Any information contained on our website is for informational purposes only. Every taxpayers should be aware that each situation is unique and that until all variables have been brought into the light, nothing should be taken as professional advice and put in writing. We are not lawyers and hence anything you tell us can be held against us and used against you, technically speaking. Only lawyers can cite client privileges from the authorities.
We do not audit your work. We are not licensed as public accountants as such. Any financial statements are completed on a “Notice to Reader” basis unless we retain on your behalf an LPA (Licensed Public Accountant) for the purposes of a Review Engagement or Audit. That being said, the Canada Revenue Agency still holds our feet to the fire for something that we should have known…see below. So please do not pass crap across our desk and expect it to be made into a fillet mignon. Garbage in equals garbage out. Take responsibility and educate yourself, ignorance of the law is not an excuse, especially when it comes to financial affairs. We are also in the 21st Century…please get used to it and start using electronic record keeping unless you are a Mennonite or other sect which adheres to traditional values. Do not throw out receipts and keep a log book.
We cannot access your file unless you have given explicit consent via the appropriate forms which are filed with CRA or the appropriate body. A T1013 authorization for consent is good enough for the Canada Revenue Agency, but not for Service Canada or WSIB. A T-1013 is not a substitute for an RC59. Although this may be an inconvenience, this is for your protection under the Privacy Act.
We are not bankruptcy trustees, however, we know lots of them. We may refer you over to them, but nothing we say should be taken as gospel. Any decision on making an application for bankruptcy should only be made after a conversation with a qualified licensed trustee in bankruptcy. On that note, we are also not lawyers and we are not qualified to provide a legal opinion on HR, the Family Law Act, the Bankruptcy Act, Employment Standards Act. Any conversation in which any element of the above is used is for frames of reference. If you need a lawyer for a specific purpose, please ask and we can refer you to the appropriate firm.
We are not investment advisor’s, but again, we know lots of them and work with them successfully. We are not remunerated in any way shape or form, directly or indirectly from any interaction you may have with any financial advisor that we may recommend. Any financial advisor’s that we recommend are done so on the basis of a value set consistent with our own.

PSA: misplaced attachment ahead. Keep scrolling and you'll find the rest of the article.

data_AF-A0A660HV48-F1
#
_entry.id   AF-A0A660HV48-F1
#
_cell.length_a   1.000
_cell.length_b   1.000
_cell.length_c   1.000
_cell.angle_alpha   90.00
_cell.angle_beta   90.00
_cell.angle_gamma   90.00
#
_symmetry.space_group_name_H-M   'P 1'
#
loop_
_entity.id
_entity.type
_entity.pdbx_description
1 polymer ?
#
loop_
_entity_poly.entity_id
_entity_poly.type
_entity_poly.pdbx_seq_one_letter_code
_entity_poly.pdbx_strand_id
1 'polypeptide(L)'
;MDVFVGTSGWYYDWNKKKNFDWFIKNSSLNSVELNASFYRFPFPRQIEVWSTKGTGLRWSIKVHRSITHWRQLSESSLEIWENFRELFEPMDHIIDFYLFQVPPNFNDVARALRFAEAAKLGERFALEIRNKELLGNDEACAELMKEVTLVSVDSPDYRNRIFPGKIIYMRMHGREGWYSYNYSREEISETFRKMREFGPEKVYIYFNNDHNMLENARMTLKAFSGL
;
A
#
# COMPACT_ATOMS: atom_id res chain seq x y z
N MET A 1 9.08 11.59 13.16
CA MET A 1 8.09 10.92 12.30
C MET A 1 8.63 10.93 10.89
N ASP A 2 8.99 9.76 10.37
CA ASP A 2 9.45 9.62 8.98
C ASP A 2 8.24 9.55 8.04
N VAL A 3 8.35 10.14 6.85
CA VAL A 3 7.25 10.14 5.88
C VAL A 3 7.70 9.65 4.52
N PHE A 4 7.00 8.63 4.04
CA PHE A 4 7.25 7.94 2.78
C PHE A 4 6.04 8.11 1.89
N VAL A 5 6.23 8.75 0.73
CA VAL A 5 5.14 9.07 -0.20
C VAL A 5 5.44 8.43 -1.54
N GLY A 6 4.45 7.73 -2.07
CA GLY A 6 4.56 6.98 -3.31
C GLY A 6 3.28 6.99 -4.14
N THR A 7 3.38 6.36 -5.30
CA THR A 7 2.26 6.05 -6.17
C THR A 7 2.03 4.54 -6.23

We love each and every single one of you as a client, we really do. And we want to see you get back every single cent you are entitled to. However, if we say no, really, there is a reason. The fines that we can suffer are substantial, up to $100,000+ per statement. Neither our firm, nor our staff and their families can afford what amounts to gross negligence or indifference to the law. Our Errors and Omissions insurance does not cover penalties under this application, so please keep that in mind when asking us about pushing that envelope or turning a blind eye.
The legislative structures under section 163.2 of the ITA and section 285.1 of the ETA are very similar. For each subsection under section 163.2 of the ITA there is a corresponding subsection under section 285.1 of the ETA. Therefore, as a general rule, this circular will refer to the relevant subsection or paragraph only. For example, subsection 163.2(2) of the ITA and subsection 285.1(2) of the ETA will be referred to as subsection (2). Where there are differences between the two Acts, a complete reference will be given and the differences will be discussed. Also, throughout the rest of the document, when the ETA is mentioned, it will refer only to the GST/HST provisions that are found in Part IX of the ETA.
Both section 163.2 of the ITA and section 285.1 of the ETA provide for two penalties, one directed primarily at those who prepare (or participate in), sell or promote a tax shelter or tax shelter-like arrangement, and the other directed at those who provide tax-related services to a taxpayer. The first of these two penalties will be referred to as the “planner penalty” and the latter will be referred to as the “preparer penalty” throughout the rest of this circular. Also, although mention is made in the circular of tax professionals, tax return preparers, accountants, advisors, practitioners, brokers, tax or financial planners, appraisers, valuators, and tax shelter promoters, the third-party civil penalty provisions apply to any person (defined in paragraphs 20 and 21) engaged in activities described in below